It was in that very moment that I realized I had a decision to make. When everything seemed to be going wrong that week, was I still going to trust God? Was I still going to believe that He is good and is working good in my life?
How easy it is to rejoice when the work week is smooth, or the checking account is full, or the family is all getting along. But when all this is stripped away, it quickly becomes evident where we have placed our hope. When life is supremely bad, will we still trust and believe that He is still supremely good? This is the moment we decide that despite all the disappointments of this broken, sinful world, yet we will rejoice in the Lord. Yet, we will take joy in the God of our salvation.
Rejoicing is in the Lord. Joy is in the God of our salvation.
Habakkuk came to this realization in his day, at a time when life for the people of Israel was most certainly not good. He was in great turmoil in his heart over the devastating judgment from Israel’s enemies. He begins by questioning, but ends by trusting. He resolves to rejoice and find joy, not in circumstances, but in the God of his salvation.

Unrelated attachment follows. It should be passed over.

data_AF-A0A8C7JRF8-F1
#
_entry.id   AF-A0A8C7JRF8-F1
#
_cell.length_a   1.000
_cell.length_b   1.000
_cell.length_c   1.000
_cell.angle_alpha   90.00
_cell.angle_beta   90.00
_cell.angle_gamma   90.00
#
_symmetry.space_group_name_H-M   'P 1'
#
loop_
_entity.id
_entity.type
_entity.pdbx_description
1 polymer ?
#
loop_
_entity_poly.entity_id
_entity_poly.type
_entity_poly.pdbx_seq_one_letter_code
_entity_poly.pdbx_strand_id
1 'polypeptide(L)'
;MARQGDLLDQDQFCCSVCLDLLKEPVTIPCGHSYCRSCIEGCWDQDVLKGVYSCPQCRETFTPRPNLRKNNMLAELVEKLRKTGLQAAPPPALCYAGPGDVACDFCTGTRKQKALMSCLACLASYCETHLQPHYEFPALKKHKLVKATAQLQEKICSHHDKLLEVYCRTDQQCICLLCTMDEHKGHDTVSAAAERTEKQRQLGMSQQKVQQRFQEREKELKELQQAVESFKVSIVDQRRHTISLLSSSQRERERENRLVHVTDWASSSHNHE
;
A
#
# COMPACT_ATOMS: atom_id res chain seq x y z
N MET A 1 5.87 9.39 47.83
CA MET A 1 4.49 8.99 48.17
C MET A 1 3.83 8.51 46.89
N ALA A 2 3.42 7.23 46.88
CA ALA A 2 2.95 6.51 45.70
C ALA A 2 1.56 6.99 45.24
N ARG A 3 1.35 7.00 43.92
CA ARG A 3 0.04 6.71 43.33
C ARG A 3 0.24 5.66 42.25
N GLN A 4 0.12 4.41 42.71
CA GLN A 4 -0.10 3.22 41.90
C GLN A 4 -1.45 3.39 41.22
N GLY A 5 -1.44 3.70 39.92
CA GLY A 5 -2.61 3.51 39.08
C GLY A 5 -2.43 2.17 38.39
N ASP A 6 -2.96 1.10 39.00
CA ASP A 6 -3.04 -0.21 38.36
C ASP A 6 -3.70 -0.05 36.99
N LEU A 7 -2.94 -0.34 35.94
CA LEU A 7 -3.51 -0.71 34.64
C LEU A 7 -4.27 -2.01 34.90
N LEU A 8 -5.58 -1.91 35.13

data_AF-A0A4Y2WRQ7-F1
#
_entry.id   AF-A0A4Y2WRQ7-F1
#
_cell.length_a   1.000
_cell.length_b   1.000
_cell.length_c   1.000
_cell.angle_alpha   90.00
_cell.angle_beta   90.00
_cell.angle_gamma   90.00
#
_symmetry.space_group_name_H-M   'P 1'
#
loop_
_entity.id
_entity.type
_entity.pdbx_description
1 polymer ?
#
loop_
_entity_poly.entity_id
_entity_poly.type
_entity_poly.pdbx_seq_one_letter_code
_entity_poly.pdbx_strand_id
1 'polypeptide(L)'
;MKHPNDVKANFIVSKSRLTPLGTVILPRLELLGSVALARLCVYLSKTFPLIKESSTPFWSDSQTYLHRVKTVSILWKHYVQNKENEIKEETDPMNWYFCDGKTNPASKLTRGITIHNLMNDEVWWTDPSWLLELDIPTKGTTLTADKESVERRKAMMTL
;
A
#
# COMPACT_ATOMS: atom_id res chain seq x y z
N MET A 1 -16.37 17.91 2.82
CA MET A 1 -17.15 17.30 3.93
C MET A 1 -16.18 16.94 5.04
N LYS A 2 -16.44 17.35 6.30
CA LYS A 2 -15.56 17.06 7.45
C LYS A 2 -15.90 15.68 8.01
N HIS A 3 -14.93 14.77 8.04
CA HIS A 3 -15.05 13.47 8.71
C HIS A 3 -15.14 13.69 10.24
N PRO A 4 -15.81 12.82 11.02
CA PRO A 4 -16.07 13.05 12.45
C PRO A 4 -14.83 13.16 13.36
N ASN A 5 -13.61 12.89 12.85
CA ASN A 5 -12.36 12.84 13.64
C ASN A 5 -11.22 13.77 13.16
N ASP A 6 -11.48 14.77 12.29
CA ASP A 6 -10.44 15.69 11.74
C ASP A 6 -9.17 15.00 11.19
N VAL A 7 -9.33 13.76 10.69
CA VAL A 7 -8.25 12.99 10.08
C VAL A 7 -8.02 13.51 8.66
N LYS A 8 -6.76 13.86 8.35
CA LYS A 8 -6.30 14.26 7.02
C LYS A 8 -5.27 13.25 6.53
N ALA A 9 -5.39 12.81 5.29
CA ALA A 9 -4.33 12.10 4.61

As I walked back into the office, my heart rejoiced and my joy was restored. Though my circumstances had not changed, I was reminded that my hope lies in my good and great God.
Whatever burdens lie on your heart or disappointments fill up your mind, choose today to rejoice in the Lord and take joy in the God of your salvation. Taste and see that the Lord is good! (Psalm 34:8)
BY JORDAN MAYER
“No temptation has overtaken you that is not common to man. God is faithful, and he will not let you be tempted beyond your ability, but with the temptation he will also provide the way of escape, that you may be able to endure it.”
(1 Corinthians 10:13)
This past weekend, my brothers and I helped move a refrigerator for a friend. We slid the old fridge out, tipped it over, and proceeded to lift and carry it out the door, down the walkway, and into the driveway. For reference, the fridge was a couple hundred pounds and difficult to navigate through the tight doorways. By the time we lowered the unit to the ground, my arms and hands were ready for a rest! As taxing as it was and despite any pain or soreness I experienced, this task was still within my ability to perform and manage.